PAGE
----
A scientific myth is a myth about science. For example, scientific discoveries are often presented in a mythological way with a theory being presented as a dramatic flash of insight by a heroic individual rather than as the result of sustained experiment and reasoning. For example, Newton's law of universal gravitation is commonly presented as the result of an apple falling upon his head. Newton's observation of an apple falling did indeed play a part in starting him thinking about the problem but it took him about twenty years to fully develop the theory and so the story of the apple has been described as a myth.
The extent to which this occurs and is problematic is debatable. Scientific historian Douglas Allchin suggests that mythical accounts are misleading because they present the results as handed down by authority figures and understate the importance of error and its resolution by the scientific method. In responding to this, Westerlund and Fairbanks agreed that romantic accounts of science tend to distort its nature but, in the case of Mendel's discovery of the rules of inheritance, they argue that Allchin's criticism of Mendel's role and reasoning is over-stated.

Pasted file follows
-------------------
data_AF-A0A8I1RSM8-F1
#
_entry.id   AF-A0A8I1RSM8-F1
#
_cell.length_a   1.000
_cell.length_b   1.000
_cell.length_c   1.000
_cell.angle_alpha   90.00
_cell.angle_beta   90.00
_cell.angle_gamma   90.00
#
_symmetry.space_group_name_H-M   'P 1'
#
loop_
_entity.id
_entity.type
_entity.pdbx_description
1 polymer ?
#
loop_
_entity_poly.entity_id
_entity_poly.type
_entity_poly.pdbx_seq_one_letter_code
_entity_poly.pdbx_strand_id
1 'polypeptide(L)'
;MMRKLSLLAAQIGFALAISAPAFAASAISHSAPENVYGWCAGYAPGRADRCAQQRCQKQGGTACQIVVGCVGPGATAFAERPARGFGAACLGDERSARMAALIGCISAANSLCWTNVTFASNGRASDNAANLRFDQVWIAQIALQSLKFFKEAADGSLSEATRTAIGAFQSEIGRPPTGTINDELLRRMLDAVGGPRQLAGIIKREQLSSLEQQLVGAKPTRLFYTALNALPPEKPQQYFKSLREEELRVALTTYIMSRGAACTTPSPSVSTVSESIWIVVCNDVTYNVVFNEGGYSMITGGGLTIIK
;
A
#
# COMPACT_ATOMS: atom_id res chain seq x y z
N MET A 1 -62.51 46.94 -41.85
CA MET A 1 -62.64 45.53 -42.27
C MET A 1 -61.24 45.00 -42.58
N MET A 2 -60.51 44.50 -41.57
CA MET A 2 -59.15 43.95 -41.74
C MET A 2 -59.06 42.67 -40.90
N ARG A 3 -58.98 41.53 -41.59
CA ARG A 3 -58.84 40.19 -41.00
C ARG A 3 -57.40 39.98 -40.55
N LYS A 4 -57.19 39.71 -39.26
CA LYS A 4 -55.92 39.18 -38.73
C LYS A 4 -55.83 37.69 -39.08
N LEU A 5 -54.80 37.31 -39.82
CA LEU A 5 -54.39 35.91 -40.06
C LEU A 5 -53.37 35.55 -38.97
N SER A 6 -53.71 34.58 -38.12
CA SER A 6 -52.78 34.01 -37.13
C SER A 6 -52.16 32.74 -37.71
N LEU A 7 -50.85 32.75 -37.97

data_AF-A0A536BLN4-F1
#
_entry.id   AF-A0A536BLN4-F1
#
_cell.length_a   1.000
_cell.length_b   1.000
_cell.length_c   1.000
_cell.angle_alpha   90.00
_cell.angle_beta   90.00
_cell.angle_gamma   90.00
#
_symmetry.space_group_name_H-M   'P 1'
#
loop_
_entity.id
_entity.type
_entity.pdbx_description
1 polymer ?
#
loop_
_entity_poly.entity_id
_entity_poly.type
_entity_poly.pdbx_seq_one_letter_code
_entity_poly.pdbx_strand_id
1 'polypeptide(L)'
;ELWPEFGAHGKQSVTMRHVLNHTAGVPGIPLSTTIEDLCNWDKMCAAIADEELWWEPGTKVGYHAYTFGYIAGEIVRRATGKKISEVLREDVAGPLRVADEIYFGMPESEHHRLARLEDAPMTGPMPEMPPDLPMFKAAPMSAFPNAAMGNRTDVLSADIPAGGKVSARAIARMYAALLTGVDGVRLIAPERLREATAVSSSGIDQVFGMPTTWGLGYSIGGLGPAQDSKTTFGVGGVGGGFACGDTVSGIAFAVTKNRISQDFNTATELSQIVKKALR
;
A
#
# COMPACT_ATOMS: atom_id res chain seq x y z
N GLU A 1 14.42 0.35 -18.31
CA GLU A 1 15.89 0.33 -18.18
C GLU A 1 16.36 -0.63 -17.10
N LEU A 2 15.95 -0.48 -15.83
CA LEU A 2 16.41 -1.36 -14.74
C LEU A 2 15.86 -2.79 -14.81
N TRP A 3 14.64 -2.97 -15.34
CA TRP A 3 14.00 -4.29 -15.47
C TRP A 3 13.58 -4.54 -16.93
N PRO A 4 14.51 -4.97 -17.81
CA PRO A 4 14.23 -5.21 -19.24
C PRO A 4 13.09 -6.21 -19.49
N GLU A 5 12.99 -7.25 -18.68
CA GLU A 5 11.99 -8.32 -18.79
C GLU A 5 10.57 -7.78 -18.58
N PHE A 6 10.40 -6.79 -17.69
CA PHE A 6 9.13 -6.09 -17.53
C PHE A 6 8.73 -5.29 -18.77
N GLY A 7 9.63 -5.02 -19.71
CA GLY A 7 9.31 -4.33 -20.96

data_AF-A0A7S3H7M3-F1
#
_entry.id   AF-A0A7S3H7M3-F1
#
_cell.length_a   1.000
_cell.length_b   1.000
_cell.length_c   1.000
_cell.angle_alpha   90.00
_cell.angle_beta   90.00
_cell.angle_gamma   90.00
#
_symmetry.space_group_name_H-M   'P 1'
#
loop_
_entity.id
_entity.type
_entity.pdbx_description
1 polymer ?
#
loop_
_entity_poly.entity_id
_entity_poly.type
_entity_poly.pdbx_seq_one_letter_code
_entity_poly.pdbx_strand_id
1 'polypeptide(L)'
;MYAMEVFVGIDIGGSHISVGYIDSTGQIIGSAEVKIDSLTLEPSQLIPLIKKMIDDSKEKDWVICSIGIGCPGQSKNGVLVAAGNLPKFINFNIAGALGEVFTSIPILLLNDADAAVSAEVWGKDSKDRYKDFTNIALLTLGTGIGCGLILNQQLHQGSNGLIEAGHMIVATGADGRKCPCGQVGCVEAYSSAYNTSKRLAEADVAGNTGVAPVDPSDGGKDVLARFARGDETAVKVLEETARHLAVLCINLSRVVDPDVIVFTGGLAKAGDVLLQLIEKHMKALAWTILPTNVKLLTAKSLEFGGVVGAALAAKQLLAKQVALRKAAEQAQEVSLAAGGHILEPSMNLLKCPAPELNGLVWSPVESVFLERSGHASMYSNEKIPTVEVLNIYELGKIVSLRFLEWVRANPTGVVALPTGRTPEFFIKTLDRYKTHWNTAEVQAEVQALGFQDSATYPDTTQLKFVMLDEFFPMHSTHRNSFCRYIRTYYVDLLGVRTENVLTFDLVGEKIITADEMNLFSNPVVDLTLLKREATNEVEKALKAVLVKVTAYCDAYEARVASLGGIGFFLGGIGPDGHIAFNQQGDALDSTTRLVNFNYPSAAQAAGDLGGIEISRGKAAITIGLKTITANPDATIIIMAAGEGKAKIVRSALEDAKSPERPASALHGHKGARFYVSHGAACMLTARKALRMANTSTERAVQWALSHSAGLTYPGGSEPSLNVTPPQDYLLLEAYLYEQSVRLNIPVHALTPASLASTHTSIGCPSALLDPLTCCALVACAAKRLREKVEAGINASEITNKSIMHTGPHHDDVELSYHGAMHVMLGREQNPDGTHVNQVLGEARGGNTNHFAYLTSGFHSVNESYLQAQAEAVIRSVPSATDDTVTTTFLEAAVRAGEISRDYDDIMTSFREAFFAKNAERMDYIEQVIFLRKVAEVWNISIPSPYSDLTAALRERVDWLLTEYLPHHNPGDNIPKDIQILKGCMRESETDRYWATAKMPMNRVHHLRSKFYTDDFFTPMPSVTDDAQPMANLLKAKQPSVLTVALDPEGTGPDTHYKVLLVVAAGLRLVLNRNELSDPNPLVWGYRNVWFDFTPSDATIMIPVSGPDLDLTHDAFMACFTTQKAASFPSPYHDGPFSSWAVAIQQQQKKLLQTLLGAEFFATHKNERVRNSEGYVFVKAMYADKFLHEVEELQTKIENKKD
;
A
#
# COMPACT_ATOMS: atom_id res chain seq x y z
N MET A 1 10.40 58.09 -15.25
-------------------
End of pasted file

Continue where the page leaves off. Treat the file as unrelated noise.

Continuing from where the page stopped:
- Scott Berkun (27 August 2010), The Myths of Innovation, O'Reilly Media, Inc., p. 4, ISBN 978-1-4493-8962-8
- Douglas Allchin (20 March 2003), "Scientific myth-conceptions", Science Education, 87 (3): 329–351, doi:10.1002/sce.10055
- Julie Westerlund, Daniel Fairbanks (7 June 2004), "Gregor Mendel and "myth-conceptions"", Science Education, 88 (5), doi:10.1002/sce.20007
- Magnus Pyke (1962), The Science Myth, Macmillan
- E. A. Bayne (1969), The Social Reality of Scientific Myth, Science and Social Change, American Universities Field Staff
- Earl R. Mac Cormac (1976), Metaphor and Myth in Science and Religion, Duke University Press
- Yehoyakim Stein (2005), The Psychoanalysis Of Science: The Role Of Metaphor, Paraprax, Lacunae And Myth, Sussex Academic Press, ISBN 9781845190705
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